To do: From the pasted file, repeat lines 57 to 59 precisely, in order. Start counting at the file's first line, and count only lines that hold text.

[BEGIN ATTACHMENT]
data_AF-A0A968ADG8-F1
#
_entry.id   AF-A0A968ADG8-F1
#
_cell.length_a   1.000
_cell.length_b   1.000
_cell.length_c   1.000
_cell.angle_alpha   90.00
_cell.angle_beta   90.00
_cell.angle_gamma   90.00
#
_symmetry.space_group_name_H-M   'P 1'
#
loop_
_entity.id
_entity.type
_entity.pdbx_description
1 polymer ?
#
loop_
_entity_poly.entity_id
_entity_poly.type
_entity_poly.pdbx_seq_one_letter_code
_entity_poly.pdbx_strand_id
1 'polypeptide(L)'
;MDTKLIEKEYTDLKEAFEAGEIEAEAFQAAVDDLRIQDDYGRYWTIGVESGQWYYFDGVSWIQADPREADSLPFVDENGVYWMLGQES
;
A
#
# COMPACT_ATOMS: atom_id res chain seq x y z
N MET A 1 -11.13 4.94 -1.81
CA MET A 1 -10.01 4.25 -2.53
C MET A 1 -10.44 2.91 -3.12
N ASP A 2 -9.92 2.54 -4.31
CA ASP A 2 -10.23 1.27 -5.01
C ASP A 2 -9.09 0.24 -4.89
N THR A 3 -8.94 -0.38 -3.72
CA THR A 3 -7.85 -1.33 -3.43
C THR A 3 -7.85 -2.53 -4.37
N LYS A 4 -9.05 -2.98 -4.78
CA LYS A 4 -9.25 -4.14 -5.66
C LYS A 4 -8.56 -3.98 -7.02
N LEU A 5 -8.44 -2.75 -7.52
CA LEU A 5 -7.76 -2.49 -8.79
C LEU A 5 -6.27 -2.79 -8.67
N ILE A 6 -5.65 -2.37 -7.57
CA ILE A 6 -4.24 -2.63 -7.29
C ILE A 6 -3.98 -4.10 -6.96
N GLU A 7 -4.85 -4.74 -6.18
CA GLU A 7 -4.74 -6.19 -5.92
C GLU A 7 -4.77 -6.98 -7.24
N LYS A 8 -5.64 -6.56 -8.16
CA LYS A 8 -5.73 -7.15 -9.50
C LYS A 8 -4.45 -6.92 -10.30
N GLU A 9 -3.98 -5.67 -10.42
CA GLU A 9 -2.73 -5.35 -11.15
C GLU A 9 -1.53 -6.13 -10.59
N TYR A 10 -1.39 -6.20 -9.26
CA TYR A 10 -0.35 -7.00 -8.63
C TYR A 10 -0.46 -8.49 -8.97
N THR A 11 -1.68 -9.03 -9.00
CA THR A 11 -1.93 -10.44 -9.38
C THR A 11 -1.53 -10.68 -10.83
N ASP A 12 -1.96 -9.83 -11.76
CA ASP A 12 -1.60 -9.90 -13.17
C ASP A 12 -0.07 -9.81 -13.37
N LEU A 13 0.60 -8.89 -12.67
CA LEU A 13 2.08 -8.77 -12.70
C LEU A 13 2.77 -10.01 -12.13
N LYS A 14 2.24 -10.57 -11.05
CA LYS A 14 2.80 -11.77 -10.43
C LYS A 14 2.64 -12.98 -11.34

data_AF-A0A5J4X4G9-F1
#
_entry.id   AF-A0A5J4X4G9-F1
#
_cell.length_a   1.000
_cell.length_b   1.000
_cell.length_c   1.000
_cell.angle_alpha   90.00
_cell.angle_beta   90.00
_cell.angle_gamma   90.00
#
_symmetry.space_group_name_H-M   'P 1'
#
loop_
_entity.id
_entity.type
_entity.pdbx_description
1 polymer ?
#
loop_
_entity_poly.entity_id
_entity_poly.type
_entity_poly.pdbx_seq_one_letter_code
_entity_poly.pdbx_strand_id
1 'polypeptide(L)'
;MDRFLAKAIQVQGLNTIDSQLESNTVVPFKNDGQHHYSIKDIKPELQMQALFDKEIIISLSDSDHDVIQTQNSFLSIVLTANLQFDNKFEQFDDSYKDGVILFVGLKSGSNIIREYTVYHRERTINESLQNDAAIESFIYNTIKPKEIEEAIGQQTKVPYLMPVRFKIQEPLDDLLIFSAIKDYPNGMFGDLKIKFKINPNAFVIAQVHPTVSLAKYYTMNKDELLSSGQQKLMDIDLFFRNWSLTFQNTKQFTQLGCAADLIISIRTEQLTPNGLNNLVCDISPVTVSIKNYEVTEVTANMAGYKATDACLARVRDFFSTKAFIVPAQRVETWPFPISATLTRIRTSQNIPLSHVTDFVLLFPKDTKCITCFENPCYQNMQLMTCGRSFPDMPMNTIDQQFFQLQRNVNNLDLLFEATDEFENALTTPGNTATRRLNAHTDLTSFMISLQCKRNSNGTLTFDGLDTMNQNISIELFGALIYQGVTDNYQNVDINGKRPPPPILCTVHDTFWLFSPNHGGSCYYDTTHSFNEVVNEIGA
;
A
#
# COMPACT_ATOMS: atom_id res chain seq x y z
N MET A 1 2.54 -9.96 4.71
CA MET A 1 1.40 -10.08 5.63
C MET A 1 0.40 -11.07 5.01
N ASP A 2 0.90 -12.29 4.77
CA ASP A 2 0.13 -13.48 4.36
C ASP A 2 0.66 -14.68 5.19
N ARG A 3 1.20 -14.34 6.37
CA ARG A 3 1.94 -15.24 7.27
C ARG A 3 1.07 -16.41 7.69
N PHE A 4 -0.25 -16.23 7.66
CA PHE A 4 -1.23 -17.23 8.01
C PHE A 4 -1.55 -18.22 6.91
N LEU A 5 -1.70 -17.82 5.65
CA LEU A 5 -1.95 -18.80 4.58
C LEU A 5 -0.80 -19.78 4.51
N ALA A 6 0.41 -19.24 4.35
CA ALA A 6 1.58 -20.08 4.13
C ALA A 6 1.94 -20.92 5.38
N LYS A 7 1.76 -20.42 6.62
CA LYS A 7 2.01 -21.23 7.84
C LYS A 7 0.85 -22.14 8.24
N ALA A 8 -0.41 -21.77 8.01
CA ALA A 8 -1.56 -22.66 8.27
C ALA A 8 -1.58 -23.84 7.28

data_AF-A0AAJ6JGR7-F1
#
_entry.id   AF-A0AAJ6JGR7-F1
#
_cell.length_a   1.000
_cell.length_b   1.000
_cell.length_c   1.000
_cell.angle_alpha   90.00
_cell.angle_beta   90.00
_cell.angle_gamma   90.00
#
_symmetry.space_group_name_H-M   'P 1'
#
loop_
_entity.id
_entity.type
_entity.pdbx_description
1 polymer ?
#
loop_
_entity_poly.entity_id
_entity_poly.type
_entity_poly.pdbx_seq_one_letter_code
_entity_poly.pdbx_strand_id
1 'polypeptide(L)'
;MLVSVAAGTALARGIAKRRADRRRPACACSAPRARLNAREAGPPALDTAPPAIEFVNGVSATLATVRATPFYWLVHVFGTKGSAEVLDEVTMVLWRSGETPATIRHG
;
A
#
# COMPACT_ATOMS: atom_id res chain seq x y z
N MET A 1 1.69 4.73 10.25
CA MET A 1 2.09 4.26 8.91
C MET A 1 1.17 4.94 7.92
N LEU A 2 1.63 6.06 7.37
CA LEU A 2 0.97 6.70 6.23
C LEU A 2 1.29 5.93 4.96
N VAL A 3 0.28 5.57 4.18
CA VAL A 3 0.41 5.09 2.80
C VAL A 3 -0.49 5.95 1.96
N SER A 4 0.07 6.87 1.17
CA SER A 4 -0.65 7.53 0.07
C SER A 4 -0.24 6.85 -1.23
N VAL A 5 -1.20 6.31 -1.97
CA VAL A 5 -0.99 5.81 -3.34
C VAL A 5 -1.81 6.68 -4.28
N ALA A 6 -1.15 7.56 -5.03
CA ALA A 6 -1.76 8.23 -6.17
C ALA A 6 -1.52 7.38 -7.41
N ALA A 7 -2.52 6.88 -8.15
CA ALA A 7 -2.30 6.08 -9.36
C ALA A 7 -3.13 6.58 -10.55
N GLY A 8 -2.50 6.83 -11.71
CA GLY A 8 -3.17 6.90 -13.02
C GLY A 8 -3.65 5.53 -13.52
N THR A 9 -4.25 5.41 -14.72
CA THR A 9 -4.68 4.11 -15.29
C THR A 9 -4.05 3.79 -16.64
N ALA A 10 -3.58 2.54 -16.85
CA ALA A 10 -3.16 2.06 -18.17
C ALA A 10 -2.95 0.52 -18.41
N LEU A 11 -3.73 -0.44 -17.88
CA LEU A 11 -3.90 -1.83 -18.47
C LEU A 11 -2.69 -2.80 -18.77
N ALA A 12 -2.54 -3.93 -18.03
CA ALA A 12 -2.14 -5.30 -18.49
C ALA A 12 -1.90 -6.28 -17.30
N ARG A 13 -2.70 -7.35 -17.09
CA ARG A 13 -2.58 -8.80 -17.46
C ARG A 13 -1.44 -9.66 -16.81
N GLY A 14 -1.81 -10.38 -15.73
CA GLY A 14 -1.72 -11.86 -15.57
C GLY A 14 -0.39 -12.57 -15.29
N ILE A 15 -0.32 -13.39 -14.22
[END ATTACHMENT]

C GLU A 9 -1.53 -6.13 -10.59
N TYR A 10 -1.39 -6.20 -9.26
CA TYR A 10 -0.35 -7.00 -8.63